By Richard Dean
HUMBLE, Tex. – Ian Poulter had been very frustrated of late.
Last week in Austin, following a win in the Final 16 of the Dell Technologies Match Play, he was led to believe he had moved into the top 50 world golf rankings and had secured a spot in the Masters only to find out he hadn’t. And in Thursday’s opening round of the Houston Open, he shot a 1-over 73. That didn’t exactly put him in the best of moods, by his own admission.
“I was very frustrated Thursday night,” Poulter said. “Packed my suitcase to potentially go home Friday night.”
Forget about packing the bags. Over the last two rounds, it’s been vintage Poulter. You know, the guy that has represented Europe in five Ryder Cups and has 11 international victories to his credit. When the putter’s working, it’s really going for the 42-year-old Poulter.
And he’s been rolling in the putts since Friday. On Saturday over the Golf Club of Houston layout, Poulter shot a 7-under 65. That followed Friday’s 64. That’s good for a share of the third-round lead of the Houston Open with second-round leader Beau Hossler. Both are at 14-under 202.
“To shoot these scores on this golf course, you’re obviously playing well,” said Poulter.
Hossler, who rolled in a 7-foot birdie putt on 18 to close out at 3-under 69, played a patient round. Conditions weren’t as favorable on Saturday with a breeze, as the first two days of the tournament.
“To get a 69 in the house today was strong,” said Hossler, who was born in 1995, the same year Poulter turned pro. “The golf course is firming up a little on the greens. They’re getting fast and the wind was blowing pretty good.”
Wind was southeast 8-18 mph and mostly sunny with a high of 81 on Saturday.
With the weather forecast for Sunday being between gorgeous and beautiful, it should be a great day weather wise as well as for golf. Even though it will be hard to match the action of Saturday, which at one point had seven players tied atop the leaderboard at 12 under.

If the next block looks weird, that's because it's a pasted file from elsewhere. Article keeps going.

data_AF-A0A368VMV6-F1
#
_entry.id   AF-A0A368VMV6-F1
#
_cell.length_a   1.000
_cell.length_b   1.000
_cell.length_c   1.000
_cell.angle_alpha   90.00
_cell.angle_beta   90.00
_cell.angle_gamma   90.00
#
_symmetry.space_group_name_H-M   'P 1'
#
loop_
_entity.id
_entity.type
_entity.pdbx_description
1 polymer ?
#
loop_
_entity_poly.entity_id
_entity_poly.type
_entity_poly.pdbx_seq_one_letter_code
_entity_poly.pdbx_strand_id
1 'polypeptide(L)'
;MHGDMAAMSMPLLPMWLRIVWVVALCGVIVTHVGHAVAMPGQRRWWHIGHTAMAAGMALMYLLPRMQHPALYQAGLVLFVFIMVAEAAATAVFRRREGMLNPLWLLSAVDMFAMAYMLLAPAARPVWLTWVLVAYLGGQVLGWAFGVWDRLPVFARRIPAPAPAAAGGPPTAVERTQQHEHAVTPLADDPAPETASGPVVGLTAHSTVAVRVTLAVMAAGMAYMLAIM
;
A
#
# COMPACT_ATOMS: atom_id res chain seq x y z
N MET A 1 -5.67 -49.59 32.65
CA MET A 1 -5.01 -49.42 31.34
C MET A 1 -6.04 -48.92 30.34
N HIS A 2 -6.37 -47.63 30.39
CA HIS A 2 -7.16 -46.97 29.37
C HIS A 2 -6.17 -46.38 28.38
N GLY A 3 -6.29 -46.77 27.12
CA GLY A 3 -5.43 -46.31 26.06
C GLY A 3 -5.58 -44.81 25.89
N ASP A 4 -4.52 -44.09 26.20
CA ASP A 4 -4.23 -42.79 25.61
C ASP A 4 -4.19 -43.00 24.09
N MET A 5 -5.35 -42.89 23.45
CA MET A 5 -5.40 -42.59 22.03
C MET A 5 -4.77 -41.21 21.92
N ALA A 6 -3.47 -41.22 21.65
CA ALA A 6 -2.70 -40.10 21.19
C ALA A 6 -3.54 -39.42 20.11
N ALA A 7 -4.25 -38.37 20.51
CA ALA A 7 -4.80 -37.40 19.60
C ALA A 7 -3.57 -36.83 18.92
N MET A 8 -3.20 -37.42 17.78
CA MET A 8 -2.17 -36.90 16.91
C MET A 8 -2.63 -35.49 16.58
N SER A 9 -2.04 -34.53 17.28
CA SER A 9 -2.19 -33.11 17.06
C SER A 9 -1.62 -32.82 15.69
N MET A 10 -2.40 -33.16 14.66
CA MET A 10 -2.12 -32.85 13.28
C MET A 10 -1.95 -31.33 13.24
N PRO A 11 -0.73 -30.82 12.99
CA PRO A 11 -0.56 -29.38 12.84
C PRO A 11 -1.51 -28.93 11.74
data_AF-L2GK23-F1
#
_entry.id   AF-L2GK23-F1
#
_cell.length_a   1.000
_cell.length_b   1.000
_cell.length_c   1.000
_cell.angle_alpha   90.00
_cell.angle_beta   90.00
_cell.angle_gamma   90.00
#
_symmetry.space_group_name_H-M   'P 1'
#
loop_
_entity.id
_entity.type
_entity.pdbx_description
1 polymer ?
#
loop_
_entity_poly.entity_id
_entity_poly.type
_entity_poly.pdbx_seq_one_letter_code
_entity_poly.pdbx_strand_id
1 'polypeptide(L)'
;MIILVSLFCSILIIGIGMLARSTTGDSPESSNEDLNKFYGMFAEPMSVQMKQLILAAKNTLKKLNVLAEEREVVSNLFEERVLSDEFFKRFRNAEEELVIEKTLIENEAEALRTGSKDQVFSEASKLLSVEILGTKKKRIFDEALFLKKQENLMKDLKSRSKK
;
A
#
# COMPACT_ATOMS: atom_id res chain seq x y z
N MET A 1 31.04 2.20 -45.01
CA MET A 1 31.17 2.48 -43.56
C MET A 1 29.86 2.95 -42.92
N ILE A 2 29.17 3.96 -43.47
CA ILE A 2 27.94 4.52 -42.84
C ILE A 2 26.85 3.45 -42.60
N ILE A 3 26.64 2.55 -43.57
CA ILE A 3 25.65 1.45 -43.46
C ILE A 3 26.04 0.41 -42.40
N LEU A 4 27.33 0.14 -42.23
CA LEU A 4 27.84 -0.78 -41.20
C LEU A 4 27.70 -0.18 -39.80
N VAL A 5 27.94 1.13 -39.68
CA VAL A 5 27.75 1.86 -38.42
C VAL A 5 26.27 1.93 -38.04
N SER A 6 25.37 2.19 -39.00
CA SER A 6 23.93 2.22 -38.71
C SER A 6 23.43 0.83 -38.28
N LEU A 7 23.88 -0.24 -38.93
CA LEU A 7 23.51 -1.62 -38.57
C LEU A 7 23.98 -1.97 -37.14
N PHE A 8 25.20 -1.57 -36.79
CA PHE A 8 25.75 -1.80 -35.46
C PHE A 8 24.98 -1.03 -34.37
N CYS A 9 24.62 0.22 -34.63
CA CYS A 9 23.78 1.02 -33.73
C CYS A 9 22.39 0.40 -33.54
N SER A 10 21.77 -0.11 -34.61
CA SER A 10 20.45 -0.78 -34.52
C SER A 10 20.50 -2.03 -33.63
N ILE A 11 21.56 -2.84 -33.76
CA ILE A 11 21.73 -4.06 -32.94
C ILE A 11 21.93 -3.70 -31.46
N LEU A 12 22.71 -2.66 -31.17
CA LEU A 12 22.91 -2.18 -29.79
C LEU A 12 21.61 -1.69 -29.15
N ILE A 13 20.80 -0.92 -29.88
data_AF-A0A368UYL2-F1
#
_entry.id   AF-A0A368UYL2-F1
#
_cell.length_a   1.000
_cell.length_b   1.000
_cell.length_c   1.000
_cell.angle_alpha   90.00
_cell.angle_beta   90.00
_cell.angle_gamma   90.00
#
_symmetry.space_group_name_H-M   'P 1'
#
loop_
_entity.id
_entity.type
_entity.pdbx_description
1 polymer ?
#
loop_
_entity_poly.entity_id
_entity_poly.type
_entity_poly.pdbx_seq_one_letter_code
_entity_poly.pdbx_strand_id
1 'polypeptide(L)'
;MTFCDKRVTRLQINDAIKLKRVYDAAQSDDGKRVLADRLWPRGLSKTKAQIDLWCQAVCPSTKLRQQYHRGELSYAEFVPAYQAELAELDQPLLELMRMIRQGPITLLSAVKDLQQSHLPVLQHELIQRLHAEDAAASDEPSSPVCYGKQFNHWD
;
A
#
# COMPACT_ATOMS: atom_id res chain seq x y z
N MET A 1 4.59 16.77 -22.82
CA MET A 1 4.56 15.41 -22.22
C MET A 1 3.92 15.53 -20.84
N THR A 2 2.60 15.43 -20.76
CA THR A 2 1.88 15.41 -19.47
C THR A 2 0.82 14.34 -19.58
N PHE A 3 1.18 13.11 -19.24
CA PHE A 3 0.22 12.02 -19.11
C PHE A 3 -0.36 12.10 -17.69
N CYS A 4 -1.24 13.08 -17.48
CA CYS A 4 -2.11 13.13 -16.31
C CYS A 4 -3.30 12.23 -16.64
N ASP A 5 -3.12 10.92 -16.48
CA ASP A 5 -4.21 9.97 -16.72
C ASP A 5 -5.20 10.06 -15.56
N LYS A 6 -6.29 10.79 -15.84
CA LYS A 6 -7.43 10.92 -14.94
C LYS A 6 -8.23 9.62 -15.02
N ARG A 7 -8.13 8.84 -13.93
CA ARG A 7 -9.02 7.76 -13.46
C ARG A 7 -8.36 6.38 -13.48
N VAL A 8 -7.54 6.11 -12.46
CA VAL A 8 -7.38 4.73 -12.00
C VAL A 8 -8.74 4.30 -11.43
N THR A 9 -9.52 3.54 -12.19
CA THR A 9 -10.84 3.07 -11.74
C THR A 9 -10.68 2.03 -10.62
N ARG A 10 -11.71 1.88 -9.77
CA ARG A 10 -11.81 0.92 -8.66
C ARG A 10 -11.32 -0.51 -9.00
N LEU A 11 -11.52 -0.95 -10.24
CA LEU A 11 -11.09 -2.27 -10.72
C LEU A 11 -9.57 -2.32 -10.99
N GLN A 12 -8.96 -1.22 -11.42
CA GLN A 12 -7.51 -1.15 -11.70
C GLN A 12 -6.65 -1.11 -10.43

Poulter will be tested on Sunday as he tries for only his third career PGA Tour victory and first since 2012. Hossler isn’t the only other golfer in the mix.
Greg Chalmers, who had a 7 under round Saturday, Emiliano Grillo, Kevin Tway and Paul Dunne, the first-round leader, share third place at 12-under 204. Henrik Stenson and Matt Kuchar are in a group of six knotted at 11 under for seventh.
“There’s a good group of players right now that are currently just behind, that are going to be pressing,” Poulter said. “So I need to press as well. I need to be aggressive, stay doing the good stuff that I’ve done and go have some fun.”
Over the first three rounds, Poulter has made 17 birdies and only two bogeys. He’s gone 41 holes since his last bogey. He birdied both holes 16 and 17 on Saturday.
Entering this week, Poulter had one score of 65 or better since the start of the 2015-16 season.
Poulter, who has gone back to using a putter he used at the last Ryder Cup, credits his improved putting on the flat stick as well as opening up his shoulder slightly, which he started to do on Friday.
“From that point, I’ve been able to stand over the putts,” Poulter said. “I’ve been seeing my lines a lot easier and been rolling a few putts in.”
Rickie Fowler was also in the hunt until a triple-bogey 8 on the 13th hole did him in. He’s tied for 17th at 9 under. Fowler also had a double bogey and a bogey in his third round.
In making his third start here, and first since 2014, Poulter is seeking his first stroke-play victory on the PGA Tour and has not won since winning the 2012 WGC-HSBC Champions. He also won the 2010 World Golf Championships-Dell Technologies.
The 23-year-old Hossler has held at least a share of the 54-hole lead once before on the PGA Tour (2017 Shriners Hospitals for Children Open). At that event, he shot a final-round 73 and finished tied for seventh for his best PGA Tour finish.
“The cool thing about this golf course is there’s a lot of birdie opportunities out there and then there’s some really difficult holes as well,” said Hossler, who is making his second start at the Houston Open after finishing tied for 39th last year on a sponsor exemption. “So you can be aggressive on probably half the holes and the other half you’re trying to make par and get out of there.”